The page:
Farmers Face Elevated Retirement Risk

Reports recommends Congress set-up retirement vehicles that provide steady income that cannot be outlived. Compiled by staff

Published on: May 5, 2005

America's farmers are at a higher risk of experiencing declining standards of living in retirement, according to a paper released today by the American Corn Growers Association (ACGA) and Americans for Secure Retirement (ASR).

The study, entitled Lifetime Income Crucial to Farmers' Retirement Security, warns Congress that to provide farmers with a secure retirement, "the challenge goes far beyond Social Security." Measures must be implemented that would help turn farmers' hard earned assets into funds that will provide steady income for life.

The report details how farm and ranch operators and their workers face significant and unique obstacles in planning and providing for their retirement. "With less access to employer-based pensions and volatile business risks, farmers often face a more difficult retirement path than the average American," notes Larry Mitchell, CEO of the American Corn Growers Associations.

The study recommends that policymakers should encourage investments in retirement vehicles that provide steady income that cannot be outlived, such as lifetime annuities, to complement Social Security. Lifetime annuities are specifically helpful to farmers because many have real, tangible farm assets -- such as farm land, machinery and livestock -- and non-farm assets such as stocks, bonds, real estate and cash -- that if managed properly can essentially provide a "paycheck" for life.

Key findings of Lifetime Income Crucial to Farmers' Retirement Security include:

  • Farmers are less likely to participate in employer-sponsored retirement plans, further limiting their sources of retirement income. Just 30% of agricultural workers in America work for an employer with some form of retirement plan. Even more startling, less than a quarter actually participate in a retirement plans. That means that the vast majority of farm workers, they have no other guaranteed sources of retirement income beyond Social Security.
  • Farming, as a business, is far more volatile than most, making saving for retirement more difficult. Everything from weather and biological risks to global economic conditions to policies can cause significant variation in farm income. These factors combined illustrate why the variability of farm household income far exceeds all US households.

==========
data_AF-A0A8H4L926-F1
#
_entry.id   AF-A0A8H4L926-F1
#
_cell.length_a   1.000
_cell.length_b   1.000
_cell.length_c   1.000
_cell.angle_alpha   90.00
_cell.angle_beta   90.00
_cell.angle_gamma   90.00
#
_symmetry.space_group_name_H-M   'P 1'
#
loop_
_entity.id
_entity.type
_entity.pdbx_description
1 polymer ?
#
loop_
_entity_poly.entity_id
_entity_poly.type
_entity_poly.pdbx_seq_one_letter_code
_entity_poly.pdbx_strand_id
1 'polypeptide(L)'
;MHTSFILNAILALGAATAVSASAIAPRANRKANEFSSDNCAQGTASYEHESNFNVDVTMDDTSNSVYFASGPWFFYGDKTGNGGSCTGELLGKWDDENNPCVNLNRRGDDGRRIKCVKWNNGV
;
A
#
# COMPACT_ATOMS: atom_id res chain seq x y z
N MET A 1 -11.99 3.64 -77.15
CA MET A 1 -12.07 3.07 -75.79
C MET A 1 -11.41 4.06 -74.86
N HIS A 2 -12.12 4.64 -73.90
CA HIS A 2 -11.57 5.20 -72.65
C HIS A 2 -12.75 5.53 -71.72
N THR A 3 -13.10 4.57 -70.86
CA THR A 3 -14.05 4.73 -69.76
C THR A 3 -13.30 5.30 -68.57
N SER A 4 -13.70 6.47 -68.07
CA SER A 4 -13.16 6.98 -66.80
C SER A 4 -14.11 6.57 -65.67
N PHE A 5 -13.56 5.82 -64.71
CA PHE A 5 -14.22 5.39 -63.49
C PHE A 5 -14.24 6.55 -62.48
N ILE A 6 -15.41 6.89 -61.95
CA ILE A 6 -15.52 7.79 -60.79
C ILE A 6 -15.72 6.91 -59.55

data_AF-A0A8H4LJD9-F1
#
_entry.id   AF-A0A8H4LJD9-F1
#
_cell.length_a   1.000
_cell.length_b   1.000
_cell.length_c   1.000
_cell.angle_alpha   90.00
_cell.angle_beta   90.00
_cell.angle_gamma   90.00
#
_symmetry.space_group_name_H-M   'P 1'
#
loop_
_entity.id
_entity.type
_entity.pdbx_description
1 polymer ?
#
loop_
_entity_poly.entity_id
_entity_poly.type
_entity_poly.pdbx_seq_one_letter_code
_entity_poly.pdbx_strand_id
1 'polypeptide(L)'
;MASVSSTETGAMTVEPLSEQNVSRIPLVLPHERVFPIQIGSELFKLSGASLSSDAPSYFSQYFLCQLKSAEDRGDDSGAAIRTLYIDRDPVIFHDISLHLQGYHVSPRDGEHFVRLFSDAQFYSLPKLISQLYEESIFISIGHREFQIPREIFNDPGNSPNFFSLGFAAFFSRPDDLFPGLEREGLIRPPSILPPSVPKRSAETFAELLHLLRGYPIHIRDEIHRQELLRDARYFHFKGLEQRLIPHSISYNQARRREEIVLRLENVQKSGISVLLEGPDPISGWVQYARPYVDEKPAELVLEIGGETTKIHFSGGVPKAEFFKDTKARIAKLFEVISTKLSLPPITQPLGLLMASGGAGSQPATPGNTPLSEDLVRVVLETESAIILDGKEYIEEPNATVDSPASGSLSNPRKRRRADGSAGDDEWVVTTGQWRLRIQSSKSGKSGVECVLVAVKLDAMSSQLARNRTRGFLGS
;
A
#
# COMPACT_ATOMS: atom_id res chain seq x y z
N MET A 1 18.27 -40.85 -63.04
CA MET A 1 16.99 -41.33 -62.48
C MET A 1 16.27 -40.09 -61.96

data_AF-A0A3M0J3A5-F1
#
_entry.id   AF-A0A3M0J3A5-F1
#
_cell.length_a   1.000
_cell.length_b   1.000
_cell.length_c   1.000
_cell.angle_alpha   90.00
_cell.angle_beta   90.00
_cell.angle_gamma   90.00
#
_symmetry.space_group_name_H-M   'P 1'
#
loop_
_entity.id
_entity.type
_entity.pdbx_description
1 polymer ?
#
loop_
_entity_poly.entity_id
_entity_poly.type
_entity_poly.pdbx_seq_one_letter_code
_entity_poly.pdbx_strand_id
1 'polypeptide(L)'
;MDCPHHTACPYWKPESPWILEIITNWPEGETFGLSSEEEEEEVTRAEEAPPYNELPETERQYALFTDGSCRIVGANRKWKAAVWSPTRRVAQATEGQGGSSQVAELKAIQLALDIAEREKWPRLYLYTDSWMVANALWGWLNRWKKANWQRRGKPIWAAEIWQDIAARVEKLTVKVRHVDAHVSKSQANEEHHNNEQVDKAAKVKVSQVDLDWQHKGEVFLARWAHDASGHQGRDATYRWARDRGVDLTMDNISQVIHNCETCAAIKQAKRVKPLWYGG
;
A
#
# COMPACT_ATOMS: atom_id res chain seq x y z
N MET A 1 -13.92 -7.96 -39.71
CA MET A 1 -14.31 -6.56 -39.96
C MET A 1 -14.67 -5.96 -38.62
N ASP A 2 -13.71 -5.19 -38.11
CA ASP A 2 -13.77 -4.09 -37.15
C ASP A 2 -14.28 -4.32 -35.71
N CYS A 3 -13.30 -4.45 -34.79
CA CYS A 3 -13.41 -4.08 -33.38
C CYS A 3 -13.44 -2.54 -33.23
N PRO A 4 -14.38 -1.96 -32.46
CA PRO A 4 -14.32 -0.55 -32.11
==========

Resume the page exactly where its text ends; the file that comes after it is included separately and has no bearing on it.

• Retirement ripple effect created in rural communities. Of the 386 counties in the US with persistent poverty, 340 of them are rural. Retired farmers and farm wives that outlive their savings only add to the demands that strained local governments are facing to provide health, transportation and other social services to the poor and elderly.
  • Farm wives are particularly vulnerable to declining standards of living in retirement. Today, an average 65-year old woman can expect to live nearly an additional 20 years, and there is approximately a one in three chance that she will live to age 90. Because they live longer than men and spend more time in retirement, farm wives are especially at risk for drastic declines in their standard of living in retirement. According to the USDA, two-thirds of rural persons age 60 or above earning less than $10,000 were women and by age 85 the statistic jumps to four-fifths.

A bill introduced in Congress earlier this year called The Retirement Security for Life Act (H.R. 819, S. 381) would address many of the issues cited in this report and is gaining bi-partisan support among key legislators. Under the proposal, individuals would not pay federal taxes on one-half of the income generated by lifetime annuities, up to a maximum of $20,000 in excluded income per year. For a typical American in the 25% tax bracket, this would provide an annual tax savings of up to $5,000.

Mitchell adds, "We believe that legislation that encourages lifetime annuitization would give farmers more tools to control their retirement standard of living."